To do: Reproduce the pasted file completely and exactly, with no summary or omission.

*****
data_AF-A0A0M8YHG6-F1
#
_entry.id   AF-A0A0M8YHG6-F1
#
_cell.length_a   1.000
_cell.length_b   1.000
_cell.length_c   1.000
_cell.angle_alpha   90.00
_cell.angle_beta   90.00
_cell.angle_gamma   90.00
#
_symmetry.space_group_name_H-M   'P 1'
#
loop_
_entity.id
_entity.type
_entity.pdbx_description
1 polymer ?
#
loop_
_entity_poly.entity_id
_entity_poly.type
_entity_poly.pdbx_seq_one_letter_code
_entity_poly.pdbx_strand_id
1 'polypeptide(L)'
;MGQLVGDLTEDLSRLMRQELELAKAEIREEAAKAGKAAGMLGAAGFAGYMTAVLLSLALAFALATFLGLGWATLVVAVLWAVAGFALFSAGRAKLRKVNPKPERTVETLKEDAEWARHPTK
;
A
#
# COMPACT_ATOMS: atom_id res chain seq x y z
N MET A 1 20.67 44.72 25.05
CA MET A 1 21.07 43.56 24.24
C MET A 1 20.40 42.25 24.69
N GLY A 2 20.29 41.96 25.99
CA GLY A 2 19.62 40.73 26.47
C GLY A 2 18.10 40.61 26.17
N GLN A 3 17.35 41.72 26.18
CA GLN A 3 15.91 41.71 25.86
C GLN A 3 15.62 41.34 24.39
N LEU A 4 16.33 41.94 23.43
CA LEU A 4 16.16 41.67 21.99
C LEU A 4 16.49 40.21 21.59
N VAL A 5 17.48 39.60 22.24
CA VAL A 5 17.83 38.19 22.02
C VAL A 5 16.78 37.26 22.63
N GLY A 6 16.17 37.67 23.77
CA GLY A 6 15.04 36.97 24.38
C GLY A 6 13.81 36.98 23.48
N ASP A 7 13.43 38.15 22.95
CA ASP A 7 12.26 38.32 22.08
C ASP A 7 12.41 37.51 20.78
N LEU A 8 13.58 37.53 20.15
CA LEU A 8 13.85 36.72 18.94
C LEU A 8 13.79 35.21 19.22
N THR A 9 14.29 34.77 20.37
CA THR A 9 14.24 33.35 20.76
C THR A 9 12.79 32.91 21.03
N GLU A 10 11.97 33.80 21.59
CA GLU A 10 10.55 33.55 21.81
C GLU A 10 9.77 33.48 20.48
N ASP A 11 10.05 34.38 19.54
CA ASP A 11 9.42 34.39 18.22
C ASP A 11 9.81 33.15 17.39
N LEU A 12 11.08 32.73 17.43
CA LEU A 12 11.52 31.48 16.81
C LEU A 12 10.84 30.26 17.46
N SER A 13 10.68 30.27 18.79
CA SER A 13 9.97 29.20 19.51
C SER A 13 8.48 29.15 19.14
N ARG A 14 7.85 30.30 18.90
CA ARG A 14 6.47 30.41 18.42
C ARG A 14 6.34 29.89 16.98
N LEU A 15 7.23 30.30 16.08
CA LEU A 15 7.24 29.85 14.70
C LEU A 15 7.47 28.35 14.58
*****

data_AF-A0A0M8YHG6-F1
#
_entry.id   AF-A0A0M8YHG6-F1
#
_cell.length_a   1.000
_cell.length_b   1.000
_cell.length_c   1.000
_cell.angle_alpha   90.00
_cell.angle_beta   90.00
_cell.angle_gamma   90.00
#
_symmetry.space_group_name_H-M   'P 1'
#
loop_
_entity.id
_entity.type
_entity.pdbx_description
1 polymer ?
#
loop_
_entity_poly.entity_id
_entity_poly.type
_entity_poly.pdbx_seq_one_letter_code
_entity_poly.pdbx_strand_id
1 'polypeptide(L)'
;MGQLVGDLTEDLSRLMRQELELAKAEIREEAAKAGKAAGMLGAAGFAGYMTAVLLSLALAFALATFLGLGWATLVVAVLWAVAGFALFSAGRAKLRKVNPKPERTVETLKEDAEWARHPTK
;
A
#
# COMPACT_ATOMS: atom_id res chain seq x y z
N MET A 1 20.67 44.72 25.05
CA MET A 1 21.07 43.56 24.24
C MET A 1 20.40 42.25 24.69
N GLY A 2 20.29 41.96 25.99
CA GLY A 2 19.62 40.73 26.47
C GLY A 2 18.10 40.61 26.17
N GLN A 3 17.35 41.72 26.18
CA GLN A 3 15.91 41.71 25.86
C GLN A 3 15.62 41.34 24.39
N LEU A 4 16.33 41.94 23.43
CA LEU A 4 16.16 41.67 21.99
C LEU A 4 16.49 40.21 21.59
N VAL A 5 17.48 39.60 22.24
CA VAL A 5 17.83 38.19 22.02
C VAL A 5 16.78 37.26 22.63
N GLY A 6 16.17 37.67 23.77
CA GLY A 6 15.04 36.97 24.38
C GLY A 6 13.81 36.98 23.48
N ASP A 7 13.43 38.15 22.95
CA ASP A 7 12.26 38.32 22.08
C ASP A 7 12.41 37.51 20.78
N LEU A 8 13.58 37.53 20.15
CA LEU A 8 13.85 36.72 18.94
C LEU A 8 13.79 35.21 19.22
N THR A 9 14.29 34.77 20.37
CA THR A 9 14.24 33.35 20.76
C THR A 9 12.79 32.91 21.03
N GLU A 10 11.97 33.80 21.59
CA GLU A 10 10.55 33.55 21.81
C GLU A 10 9.77 33.48 20.48
N ASP A 11 10.05 34.38 19.54
CA ASP A 11 9.42 34.39 18.22
C ASP A 11 9.81 33.15 17.39
N LEU A 12 11.08 32.73 17.43
CA LEU A 12 11.52 31.48 16.81
C LEU A 12 10.84 30.26 17.46
N SER A 13 10.68 30.27 18.79
CA SER A 13 9.97 29.20 19.51
C SER A 13 8.48 29.15 19.14
N ARG A 14 7.85 30.30 18.90
CA ARG A 14 6.47 30.41 18.42
C ARG A 14 6.34 29.89 16.98
N LEU A 15 7.23 30.30 16.08
CA LEU A 15 7.24 29.85 14.70
C LEU A 15 7.47 28.35 14.58